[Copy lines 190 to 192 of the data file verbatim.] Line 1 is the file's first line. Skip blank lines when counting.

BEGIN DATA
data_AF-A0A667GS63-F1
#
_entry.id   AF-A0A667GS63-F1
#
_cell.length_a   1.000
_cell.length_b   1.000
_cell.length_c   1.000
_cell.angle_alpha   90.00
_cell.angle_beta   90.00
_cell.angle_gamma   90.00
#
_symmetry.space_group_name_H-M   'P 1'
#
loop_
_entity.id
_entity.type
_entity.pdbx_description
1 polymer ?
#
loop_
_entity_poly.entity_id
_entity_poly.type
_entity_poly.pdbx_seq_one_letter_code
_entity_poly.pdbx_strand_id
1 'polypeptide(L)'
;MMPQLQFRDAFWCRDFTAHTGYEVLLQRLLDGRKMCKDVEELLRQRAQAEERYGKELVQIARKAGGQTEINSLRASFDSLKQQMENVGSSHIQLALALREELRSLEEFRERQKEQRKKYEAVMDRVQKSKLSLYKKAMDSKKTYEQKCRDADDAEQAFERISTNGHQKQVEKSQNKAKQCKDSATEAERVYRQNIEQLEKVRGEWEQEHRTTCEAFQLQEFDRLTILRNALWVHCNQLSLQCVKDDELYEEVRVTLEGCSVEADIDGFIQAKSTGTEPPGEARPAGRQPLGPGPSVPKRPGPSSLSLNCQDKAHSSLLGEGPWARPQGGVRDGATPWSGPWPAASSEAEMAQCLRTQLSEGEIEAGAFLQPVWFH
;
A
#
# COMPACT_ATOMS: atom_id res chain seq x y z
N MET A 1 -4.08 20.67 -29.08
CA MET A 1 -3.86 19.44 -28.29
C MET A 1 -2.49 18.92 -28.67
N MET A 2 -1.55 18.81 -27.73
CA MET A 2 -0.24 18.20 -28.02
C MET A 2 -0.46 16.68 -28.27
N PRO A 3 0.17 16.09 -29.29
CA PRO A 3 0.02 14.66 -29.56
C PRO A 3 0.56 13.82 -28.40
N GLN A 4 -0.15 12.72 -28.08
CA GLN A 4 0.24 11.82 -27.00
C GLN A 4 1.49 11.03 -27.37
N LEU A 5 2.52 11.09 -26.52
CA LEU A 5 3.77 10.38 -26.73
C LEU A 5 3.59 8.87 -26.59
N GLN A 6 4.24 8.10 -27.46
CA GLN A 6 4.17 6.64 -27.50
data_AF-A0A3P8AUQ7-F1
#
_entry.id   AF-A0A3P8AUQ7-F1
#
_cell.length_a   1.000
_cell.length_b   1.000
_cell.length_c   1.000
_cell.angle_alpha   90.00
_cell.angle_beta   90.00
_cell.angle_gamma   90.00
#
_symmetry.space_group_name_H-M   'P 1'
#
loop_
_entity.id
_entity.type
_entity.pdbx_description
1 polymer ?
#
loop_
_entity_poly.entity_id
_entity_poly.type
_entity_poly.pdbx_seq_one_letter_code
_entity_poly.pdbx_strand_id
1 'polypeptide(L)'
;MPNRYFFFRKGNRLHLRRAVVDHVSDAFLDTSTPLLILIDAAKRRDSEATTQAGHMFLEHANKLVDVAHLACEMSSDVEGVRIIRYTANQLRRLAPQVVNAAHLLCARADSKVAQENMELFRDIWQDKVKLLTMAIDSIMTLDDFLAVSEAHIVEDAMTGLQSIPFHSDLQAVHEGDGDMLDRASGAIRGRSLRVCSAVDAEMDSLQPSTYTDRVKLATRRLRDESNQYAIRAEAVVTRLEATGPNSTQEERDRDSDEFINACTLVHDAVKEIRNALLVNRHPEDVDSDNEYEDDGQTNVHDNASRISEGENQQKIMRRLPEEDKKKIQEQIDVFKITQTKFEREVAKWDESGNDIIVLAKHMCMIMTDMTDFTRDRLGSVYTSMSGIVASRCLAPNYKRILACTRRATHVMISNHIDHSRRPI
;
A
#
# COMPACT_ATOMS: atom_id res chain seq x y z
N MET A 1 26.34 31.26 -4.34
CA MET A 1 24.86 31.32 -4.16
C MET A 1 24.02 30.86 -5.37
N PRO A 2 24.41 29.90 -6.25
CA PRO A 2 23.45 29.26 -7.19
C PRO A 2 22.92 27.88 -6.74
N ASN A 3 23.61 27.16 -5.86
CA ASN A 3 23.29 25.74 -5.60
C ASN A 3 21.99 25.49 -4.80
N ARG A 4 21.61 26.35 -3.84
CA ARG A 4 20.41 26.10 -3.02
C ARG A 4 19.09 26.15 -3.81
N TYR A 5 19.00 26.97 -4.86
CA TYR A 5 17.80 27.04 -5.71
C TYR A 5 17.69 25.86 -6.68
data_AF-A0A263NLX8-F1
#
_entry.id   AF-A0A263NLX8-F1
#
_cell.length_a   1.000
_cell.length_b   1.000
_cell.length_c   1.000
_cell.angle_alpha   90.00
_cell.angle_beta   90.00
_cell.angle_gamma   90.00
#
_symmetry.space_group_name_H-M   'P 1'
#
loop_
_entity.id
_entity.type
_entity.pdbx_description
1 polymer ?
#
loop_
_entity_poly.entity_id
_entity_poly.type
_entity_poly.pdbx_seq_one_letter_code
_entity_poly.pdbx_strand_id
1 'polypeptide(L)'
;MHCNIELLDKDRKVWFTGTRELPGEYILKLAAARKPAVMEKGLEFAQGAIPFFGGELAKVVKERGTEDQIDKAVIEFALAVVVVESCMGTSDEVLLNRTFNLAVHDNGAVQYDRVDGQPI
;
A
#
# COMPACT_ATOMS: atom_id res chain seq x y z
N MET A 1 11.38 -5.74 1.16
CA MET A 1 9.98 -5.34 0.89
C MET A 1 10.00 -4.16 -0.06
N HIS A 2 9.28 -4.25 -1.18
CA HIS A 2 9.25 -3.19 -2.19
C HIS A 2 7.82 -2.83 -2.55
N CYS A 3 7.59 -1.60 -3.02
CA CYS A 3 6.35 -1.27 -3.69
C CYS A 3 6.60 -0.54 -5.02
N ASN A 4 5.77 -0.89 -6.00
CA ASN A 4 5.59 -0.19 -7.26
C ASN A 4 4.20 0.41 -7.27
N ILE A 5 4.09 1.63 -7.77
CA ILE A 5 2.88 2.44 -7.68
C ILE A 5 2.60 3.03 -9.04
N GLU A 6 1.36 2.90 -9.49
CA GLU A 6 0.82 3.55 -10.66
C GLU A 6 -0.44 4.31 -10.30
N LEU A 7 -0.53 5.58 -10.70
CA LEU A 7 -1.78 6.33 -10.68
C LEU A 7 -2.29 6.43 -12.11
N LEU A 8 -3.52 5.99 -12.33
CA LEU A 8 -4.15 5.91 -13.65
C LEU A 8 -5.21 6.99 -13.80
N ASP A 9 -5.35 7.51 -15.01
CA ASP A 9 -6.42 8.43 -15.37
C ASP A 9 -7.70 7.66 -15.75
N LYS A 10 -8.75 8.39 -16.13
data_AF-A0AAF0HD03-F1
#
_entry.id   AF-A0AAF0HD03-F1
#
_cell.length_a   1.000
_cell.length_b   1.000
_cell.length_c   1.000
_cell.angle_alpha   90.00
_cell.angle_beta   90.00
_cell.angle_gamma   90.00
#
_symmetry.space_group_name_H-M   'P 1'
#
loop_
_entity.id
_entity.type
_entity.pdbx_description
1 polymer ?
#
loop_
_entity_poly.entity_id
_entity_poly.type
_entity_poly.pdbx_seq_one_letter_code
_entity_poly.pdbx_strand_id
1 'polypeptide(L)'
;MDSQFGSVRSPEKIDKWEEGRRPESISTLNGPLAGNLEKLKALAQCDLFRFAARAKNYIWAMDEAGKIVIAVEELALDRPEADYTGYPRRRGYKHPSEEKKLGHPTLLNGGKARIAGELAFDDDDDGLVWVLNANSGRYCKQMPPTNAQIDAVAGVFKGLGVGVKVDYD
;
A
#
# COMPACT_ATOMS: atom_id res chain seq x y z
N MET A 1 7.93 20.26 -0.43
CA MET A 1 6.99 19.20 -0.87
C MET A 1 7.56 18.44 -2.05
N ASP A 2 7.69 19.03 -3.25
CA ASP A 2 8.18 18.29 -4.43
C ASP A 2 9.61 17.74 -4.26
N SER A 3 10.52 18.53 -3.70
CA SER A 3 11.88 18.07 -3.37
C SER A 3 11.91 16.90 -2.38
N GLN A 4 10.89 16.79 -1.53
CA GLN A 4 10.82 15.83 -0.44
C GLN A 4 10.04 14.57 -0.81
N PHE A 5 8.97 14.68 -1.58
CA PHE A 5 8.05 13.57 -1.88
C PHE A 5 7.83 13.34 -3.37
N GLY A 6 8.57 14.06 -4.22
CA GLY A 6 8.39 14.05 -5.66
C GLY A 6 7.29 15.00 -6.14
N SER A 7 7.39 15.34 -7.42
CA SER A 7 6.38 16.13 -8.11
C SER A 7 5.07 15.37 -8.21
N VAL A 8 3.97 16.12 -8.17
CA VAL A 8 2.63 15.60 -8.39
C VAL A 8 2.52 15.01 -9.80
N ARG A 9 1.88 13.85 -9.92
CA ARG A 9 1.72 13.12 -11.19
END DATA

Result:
N GLN A 4 10.89 16.79 -1.53
CA GLN A 4 10.82 15.83 -0.44
C GLN A 4 10.04 14.57 -0.81